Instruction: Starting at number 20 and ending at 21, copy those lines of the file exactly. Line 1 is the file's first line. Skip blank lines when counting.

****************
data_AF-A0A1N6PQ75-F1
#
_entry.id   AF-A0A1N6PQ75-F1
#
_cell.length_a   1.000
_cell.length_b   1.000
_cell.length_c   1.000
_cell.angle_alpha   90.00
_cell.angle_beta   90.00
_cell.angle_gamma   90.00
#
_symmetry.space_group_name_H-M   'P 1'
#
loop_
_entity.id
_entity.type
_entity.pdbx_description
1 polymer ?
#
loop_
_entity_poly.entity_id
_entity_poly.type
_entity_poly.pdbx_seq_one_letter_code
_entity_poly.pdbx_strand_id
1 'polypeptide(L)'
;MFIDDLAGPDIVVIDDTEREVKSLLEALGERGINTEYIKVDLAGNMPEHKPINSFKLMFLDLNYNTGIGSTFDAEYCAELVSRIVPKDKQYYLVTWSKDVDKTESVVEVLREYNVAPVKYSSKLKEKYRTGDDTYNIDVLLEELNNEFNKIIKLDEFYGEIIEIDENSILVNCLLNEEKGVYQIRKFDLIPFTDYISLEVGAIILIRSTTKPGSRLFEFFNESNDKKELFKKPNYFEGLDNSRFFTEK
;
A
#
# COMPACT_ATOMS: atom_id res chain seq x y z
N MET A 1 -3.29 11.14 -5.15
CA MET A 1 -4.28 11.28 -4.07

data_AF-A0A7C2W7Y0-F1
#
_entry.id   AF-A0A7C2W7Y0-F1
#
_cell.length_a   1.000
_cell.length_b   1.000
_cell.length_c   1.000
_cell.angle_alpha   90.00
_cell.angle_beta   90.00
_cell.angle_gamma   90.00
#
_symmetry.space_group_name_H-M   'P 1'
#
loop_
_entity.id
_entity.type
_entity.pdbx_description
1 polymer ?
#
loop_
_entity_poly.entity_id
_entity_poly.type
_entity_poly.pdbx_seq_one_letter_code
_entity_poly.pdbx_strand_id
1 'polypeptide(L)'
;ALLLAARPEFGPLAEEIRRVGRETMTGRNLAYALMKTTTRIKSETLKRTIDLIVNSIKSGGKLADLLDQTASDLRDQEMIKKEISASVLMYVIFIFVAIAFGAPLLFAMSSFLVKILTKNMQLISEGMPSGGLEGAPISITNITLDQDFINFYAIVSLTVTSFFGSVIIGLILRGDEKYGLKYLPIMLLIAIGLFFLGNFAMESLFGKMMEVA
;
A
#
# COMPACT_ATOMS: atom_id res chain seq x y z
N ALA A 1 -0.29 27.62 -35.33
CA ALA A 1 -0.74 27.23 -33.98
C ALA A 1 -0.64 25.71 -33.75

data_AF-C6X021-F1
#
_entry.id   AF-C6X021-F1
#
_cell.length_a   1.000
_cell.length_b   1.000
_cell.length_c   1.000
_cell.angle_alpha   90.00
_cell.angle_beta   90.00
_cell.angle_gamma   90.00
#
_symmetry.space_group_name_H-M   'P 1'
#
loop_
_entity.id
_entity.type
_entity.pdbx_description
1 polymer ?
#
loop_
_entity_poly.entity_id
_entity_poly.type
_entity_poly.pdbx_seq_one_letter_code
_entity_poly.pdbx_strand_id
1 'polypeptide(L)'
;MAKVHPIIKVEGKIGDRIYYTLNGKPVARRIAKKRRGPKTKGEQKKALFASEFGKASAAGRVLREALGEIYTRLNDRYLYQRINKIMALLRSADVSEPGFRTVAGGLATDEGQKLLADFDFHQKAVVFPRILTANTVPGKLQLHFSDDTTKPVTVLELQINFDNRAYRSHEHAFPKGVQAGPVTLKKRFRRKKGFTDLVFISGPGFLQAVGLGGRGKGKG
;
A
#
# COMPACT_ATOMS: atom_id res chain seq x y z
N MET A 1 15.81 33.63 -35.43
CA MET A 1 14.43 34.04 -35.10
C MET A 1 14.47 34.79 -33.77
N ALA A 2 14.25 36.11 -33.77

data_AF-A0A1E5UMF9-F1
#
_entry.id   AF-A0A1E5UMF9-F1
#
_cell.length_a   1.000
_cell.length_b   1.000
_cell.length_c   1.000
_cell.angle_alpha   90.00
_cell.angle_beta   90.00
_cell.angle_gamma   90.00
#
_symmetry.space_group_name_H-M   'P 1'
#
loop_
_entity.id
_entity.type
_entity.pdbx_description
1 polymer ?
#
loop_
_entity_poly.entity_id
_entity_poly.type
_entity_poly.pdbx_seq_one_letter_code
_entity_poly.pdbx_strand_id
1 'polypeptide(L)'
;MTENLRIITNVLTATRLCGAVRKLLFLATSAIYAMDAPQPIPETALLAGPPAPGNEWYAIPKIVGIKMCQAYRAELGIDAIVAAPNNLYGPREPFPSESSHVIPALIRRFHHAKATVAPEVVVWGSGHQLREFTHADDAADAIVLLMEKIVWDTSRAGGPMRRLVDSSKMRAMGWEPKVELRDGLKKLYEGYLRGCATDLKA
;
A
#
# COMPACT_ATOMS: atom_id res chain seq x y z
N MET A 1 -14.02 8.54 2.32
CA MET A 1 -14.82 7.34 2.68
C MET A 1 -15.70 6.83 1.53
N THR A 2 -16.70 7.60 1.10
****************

loop_
_entity_poly.entity_id